In recent days and weeks, COVID-19 has continued to take a toll in Minnesota and across the country as case counts increase exponentially. In Minnesota, it took seven months to reach the first 100,000 COVID-19 positive cases, but it has taken just seven weeks to reach 200,000. To date, we have lost the lives of nearly 3,000 Minnesotans. Across the country, this exponential growth has required states to revert back to similar restrictions imposed in March and April to protect lives and public health, mitigate medical staffing shortages in long-term care facilities and other settings, and prevent our hospitals from becoming overwhelmed. In the spring, Congress provided critical assistance for workers, families, businesses, and states as the virus began to spread. Now, as states navigate unprecedented growth in cases, we are in desperate need of additional, flexible funding from the federal government to keep as many people as safe and healthy as possible in the pandemic response, and to help weather budgetary impacts due to the virus.
As I mentioned in my July letter, more support for states to help in leading the pandemic response is critical. Many of the funds provided to state and local governments must be used by December 30, and yet we know the virus is not going away by the end of the year. To the contrary, at the rate of increase we are seeing in the current surge, it is going to get much worse before it gets better. And yet states will be left with no additional federal resources to combat the rising tide of infections, unemployment, and human services needs that will continue long after the funds from the CARES Act expire.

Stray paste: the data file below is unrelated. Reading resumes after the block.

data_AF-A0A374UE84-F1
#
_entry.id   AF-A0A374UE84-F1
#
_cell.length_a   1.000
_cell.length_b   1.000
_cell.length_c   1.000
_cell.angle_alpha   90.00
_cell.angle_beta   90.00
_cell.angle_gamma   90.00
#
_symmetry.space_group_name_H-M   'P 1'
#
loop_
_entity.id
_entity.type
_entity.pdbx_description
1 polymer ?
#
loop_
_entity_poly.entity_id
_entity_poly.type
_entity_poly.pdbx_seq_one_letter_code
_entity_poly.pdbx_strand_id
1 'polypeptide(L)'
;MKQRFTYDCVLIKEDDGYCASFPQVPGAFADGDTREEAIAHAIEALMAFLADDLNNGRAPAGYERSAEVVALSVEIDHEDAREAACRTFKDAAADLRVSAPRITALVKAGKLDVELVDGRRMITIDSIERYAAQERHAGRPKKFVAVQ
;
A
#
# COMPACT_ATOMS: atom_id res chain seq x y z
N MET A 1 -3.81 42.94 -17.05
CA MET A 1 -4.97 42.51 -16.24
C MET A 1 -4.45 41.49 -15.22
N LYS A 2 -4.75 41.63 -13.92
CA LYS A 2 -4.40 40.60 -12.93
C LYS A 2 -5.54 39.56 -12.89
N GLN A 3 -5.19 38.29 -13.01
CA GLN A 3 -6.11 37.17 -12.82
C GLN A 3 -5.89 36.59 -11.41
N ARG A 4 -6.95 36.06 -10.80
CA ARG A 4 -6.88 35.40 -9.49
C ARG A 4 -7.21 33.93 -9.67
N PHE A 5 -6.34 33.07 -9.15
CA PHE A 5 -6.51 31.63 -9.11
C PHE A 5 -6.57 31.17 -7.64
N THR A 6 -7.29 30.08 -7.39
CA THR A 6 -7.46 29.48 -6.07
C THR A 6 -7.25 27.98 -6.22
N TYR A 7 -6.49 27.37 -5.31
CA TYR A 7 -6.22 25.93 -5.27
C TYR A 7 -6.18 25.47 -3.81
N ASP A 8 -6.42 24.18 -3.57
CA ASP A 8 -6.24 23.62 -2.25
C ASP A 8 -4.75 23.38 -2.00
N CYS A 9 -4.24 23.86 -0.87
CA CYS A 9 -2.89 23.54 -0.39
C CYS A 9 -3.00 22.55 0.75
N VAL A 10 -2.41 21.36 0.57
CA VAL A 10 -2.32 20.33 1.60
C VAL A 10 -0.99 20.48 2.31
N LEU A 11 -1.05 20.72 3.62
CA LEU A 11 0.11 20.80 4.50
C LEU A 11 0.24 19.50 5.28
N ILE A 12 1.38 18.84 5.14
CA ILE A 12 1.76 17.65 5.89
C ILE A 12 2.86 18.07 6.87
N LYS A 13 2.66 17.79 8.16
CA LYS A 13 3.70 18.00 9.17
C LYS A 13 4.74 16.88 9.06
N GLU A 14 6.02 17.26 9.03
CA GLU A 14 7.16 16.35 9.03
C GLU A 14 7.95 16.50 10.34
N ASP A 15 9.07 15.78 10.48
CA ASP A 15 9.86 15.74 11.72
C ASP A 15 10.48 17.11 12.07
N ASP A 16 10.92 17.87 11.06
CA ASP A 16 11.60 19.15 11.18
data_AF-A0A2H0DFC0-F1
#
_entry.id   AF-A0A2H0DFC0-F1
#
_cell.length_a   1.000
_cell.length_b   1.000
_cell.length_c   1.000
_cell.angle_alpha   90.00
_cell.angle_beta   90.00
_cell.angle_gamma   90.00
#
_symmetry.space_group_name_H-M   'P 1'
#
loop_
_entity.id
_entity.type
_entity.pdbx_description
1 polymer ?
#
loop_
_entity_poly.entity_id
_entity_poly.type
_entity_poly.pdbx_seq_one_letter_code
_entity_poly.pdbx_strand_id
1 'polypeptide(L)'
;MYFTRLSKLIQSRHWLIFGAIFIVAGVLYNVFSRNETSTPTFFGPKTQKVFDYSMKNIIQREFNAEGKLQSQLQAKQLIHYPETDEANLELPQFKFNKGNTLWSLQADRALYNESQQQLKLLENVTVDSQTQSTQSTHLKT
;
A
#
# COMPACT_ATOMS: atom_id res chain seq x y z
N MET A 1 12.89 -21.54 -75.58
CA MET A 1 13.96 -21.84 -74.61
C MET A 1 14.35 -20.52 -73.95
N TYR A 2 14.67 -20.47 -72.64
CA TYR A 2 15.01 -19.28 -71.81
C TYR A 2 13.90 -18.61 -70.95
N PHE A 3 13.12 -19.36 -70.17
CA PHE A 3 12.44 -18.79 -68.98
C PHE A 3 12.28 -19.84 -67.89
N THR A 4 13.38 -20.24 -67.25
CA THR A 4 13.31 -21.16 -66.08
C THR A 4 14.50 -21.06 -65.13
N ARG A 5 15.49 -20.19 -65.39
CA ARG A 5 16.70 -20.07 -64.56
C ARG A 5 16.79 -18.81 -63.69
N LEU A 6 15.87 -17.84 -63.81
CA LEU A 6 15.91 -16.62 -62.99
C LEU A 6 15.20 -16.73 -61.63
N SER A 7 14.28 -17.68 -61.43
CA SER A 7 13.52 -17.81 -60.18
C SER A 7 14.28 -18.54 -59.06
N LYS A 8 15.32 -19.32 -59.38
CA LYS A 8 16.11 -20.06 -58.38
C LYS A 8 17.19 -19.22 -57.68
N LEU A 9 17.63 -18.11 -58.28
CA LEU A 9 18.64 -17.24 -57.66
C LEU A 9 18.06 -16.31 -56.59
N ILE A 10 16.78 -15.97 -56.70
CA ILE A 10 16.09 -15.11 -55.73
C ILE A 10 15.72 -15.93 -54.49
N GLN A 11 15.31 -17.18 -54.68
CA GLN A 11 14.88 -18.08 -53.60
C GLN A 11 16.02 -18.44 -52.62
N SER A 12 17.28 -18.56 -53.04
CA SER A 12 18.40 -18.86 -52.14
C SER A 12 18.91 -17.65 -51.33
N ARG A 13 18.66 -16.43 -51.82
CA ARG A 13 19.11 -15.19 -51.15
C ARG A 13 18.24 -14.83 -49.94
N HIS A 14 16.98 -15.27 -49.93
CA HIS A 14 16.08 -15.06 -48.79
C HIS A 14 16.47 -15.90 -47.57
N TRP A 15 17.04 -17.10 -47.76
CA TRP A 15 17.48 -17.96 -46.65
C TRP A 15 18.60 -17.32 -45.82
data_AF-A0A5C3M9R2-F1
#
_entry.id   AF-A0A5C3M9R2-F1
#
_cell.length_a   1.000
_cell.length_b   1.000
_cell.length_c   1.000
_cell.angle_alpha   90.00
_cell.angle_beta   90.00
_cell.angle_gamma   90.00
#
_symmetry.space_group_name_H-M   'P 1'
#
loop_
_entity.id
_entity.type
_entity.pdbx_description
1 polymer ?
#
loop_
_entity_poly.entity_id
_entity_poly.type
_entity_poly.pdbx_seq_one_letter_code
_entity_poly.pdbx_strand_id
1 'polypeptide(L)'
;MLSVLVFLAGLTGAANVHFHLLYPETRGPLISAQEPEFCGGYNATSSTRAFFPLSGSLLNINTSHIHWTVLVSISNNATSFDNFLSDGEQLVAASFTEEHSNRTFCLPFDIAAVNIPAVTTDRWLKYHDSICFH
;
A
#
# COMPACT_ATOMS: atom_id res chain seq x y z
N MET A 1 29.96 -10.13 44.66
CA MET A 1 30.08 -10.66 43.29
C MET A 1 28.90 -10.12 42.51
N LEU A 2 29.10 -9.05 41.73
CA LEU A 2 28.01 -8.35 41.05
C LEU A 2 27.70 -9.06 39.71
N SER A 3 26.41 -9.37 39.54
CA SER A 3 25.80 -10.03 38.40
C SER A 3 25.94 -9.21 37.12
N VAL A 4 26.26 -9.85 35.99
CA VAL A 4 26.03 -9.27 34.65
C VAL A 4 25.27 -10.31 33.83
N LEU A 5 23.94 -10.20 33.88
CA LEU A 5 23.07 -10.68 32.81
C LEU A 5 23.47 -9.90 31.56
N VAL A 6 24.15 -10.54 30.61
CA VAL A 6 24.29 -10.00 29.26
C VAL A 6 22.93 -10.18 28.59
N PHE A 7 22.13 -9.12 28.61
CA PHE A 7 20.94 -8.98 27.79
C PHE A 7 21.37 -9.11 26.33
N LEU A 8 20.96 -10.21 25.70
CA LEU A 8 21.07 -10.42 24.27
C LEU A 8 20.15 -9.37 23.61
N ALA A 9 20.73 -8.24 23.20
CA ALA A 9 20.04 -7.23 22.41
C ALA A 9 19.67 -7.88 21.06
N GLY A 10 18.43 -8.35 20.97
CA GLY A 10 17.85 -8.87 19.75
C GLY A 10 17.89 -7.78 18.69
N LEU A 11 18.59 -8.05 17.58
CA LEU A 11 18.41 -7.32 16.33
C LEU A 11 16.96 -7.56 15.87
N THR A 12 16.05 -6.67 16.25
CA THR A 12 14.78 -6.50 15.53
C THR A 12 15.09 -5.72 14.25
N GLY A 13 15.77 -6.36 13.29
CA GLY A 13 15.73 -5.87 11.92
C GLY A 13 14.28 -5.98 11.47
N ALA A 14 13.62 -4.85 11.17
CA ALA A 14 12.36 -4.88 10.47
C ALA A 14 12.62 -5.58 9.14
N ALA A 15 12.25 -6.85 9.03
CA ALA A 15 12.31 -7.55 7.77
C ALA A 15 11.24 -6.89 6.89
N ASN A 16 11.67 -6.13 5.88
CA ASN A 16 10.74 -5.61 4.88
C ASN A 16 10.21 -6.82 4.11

To date, Minnesota has used CARES Act funding wisely, including to create a robust testing program that is free, accessible to all, and yields quick results; these operations will be key to keep people safe and healthy, and keep the economy going. We have also used our CARES Act funds to procure Personal Protective Equipment, support childcare providers, small businesses, and our education system. Further, economic assistance from the federal government has been critical for workers, families, and small businesses to stay afloat, whether through supplementing state unemployment insurance programs, or through the Paycheck Protection Program which helped thousands of small businesses subsist through the early months of the pandemic.